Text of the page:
This unprecedented situation has led to market distortions the consequences of which are still to play out. Financial markets have become increasingly dependent on ECB policy. Thus, forced to rely exclusively on monetary policy to ensure broader government policy objectives than those foreseen by its mandate, the ECB reduced progressively its policy rates creating an (unnatural) long term environment of “negative” interest rates from which it seems incapable of extricating itself without major negative economic consequences. In the interval, many economists attempt to justify this “new normal” in the same way they explained the outrageous level of the Japanese stock market in the 1990’s just before it crashed by 80%, a fall from which it has not recovered a quarter of a century later!
Eurozone governments, benefitting from cheap financing, encourage the status quo which facilitates their budgetary calculations. They are facing, however, disgruntled citizens who’s savings are – when adjusted for even low inflation – continuously losing purchasing power. The recent reduction to a historic low rate of 0.5% the popular “Livret A” savings book in France in the context of deep social resentment could worsen further an already highly inflammable environment.
It is clear that the ECB cannot react one on one with the French government nor could it respond individually to specific concerns of anyone of the other 18 EMU members. The answer lies with the creation of an economic government or the Eurozone which could act in concert with the ECB in coordinating economic, monetary and fiscal policies. However there seems to be little appetite on behalf of Members to share (even partially) their sacrosanct “sovereignty” in these matters.
The EMU’s unfinished construction (the perception that the € is not necessarily irreversible) is contributing to the considerable weakness of the EU on the world stage. Its long term positioning as one of the three leading powers within a global multilateral system is being continuously eroded in favor of the United States (in monetary, military, R & D and technological terms) and progressively relative to China (in trade and technological fields).
Since WWII, the world has lived under a “U.S. Dollar” regime in which the progressive removal of currency controls, the creation globally interdependent “financial markets” as part of the trend to globalization have steadily reinforced the USD’s dominance. Until recently, the convergence of interests in aiming at financial stability as a shared objective meant that US policies at least took into account some of the needs of its foreign partners in defining its internal priorities.
This attitude was demonstrated in the aftermath of the 2008 financial crisis when the US FED, under Ben Bernanke, literally rescued the dollar based world economy by providing major foreign central banks with unlimited access to dollar funding through bilateral swap arrangements so that they could replace the moribund private dollar interbank market by funding directly their own domestic banks’ dollar denominated assets.
Since the 2008 crisis, dollar assets of non-American banks have continued to increase reflecting the growing share of USD denominated international trade and financial transfers globally. The multiplication of international supply chains, requiring a single universally accepted unit of account has contributed significantly to this trend. In parallel, in implementing his mantra of “America First”, President Trump has not shied away from weaponizing the dollar as a (so far) powerful and effective instrument of achieving objectives in the areas of trade (China), foreign policy (Iran), security (Huawei), etc., the threat of cutting off access to USD denominated markets acting as the equivalent of a weapon of mass destruction of which the USA has the unchallenged monopoly.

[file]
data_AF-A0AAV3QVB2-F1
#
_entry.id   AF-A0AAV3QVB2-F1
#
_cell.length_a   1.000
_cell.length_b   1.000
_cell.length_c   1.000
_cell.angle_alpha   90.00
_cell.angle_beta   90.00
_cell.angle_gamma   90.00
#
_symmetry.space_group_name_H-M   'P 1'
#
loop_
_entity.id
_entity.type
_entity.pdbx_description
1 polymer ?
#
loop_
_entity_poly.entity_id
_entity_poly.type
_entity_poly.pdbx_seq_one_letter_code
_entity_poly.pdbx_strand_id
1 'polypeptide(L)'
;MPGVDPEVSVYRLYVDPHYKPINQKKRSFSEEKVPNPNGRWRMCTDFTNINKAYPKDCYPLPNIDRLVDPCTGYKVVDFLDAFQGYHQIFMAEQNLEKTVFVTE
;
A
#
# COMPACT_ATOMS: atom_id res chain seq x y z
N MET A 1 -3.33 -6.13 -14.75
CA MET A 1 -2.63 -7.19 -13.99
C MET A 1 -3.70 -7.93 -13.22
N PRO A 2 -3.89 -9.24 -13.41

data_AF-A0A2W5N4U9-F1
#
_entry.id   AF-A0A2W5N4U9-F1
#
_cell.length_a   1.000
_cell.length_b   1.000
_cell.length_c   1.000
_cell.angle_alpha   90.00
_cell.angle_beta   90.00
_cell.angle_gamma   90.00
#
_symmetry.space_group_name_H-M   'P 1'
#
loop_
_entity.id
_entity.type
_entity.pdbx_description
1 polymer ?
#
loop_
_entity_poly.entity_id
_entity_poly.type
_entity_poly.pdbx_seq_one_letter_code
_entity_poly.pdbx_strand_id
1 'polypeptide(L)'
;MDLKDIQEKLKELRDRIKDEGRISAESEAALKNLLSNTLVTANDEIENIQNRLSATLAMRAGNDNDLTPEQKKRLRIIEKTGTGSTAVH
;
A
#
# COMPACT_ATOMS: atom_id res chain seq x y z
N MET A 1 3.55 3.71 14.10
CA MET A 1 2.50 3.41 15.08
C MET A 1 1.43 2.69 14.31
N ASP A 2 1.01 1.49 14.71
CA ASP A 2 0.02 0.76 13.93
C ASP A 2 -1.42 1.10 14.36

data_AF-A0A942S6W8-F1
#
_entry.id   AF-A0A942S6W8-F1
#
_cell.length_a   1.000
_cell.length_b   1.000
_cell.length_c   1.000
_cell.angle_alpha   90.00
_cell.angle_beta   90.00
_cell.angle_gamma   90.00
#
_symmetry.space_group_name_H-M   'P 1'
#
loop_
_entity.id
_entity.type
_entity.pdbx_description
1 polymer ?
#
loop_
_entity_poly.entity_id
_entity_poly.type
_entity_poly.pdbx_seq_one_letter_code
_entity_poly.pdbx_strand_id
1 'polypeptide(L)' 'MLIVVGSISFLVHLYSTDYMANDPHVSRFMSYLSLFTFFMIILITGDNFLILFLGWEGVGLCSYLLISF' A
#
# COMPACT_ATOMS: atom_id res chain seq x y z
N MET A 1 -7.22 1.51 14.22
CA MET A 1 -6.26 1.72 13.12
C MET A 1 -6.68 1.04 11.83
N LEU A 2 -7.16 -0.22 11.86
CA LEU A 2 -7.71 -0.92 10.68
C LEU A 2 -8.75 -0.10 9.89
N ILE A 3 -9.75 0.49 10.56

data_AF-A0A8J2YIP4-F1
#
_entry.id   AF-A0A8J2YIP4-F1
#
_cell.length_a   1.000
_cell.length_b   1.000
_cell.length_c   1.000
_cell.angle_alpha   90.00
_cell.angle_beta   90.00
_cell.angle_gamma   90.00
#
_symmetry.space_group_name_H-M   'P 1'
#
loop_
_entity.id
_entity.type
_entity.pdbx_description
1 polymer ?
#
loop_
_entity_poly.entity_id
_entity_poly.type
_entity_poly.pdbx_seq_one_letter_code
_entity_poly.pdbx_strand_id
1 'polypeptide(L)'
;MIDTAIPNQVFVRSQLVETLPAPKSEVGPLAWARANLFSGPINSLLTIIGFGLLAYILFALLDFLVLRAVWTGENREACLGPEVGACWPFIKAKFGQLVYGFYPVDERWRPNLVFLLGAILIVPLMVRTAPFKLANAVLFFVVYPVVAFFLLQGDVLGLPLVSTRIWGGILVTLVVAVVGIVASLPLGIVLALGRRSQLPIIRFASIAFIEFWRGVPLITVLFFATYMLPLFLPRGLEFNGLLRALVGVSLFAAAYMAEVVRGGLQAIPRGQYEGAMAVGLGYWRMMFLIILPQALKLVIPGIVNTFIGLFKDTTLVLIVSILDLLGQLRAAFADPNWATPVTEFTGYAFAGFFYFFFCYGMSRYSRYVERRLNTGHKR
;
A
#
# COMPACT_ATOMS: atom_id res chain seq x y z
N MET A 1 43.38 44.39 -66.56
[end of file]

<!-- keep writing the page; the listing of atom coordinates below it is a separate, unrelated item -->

With its huge internal market, authoritarian regime as well as its technological prowess, China should be capable in due course to assert its independence. The EU – theoretically far better equipped at the start of the race – is quickly being marginalized (of the 20 largest technological multinationals, 11 are American and 9 Chinese!) by its incapacity to reform and integrate in order to retain its vanishing sovereignty in a fast changing world.
The speed at which the European nations are losing influence on world affairs is accelerating and the need for a “federal” EU has never been greater. The defensive measures in terms of climate change or personal data protection are certainly welcome but will not replace active development of innovation and research in the digital economy, the integration of energy and transport markets, the emergence of an European defense under a unified foreign policy, all of which are unimaginable if first EMU is not completed and the ECB remains a vassal of the American FED for all practical purposes.
Creating an alternative to the mighty USD should be a priority, not so much to be used as a weapon but, as was the case in the nuclear standstill once the USSR had acquired the bomb, to serve as a deterrent. The Euro is ideally placed to provide this much needed tool which deserves the support not only of EU members but of any country that wishes to escape the unilateral dictates that the USA has currently the power to impose.
Currently, there are enormous headwinds, reinforced by the realization that individual nation-states (except the US and China) have lost their sovereignty and are clinging on in vain to its virtual attributes. This situation is largely the result of globalization, offering the major multinational enterprises the capacity to make demands that only governments, controlling markets that the former can’t ignore (among which the EU still figures) , can at least partially resist. The controversy surrounding the taxation of major digital giants is emblematic in this respect: even the US government is being instrumentalized by these mastodons, forcing it to fight for their corner in the commercial battle it has engaged with the EU. For greater efficiency, exploiting the incapacity of Member States to speak with one voice, Trump is taking on Members individually and has already forced France to retreat; it will be interesting to see the reaction of the UK, supposed to introduce similar measures next April.
There will be a dire confrontation at the forthcoming Conference on the Future of Europe between those who will aim at an effective sharing of sovereignty at EU level and those who blame the EU’s very existence for their own shortcomings.
In this context, the ECB’s current status and its lack of oversight could make it the Achilles tendon through which nationalists and populists will contest the democratic legitimacy of the EU itself, further weakening the € and precipitating a financial crisis that would spread globally, engulfing all of those who boast today about the virtual benefits of “taking back control”!
Brussels, January 22nd 2020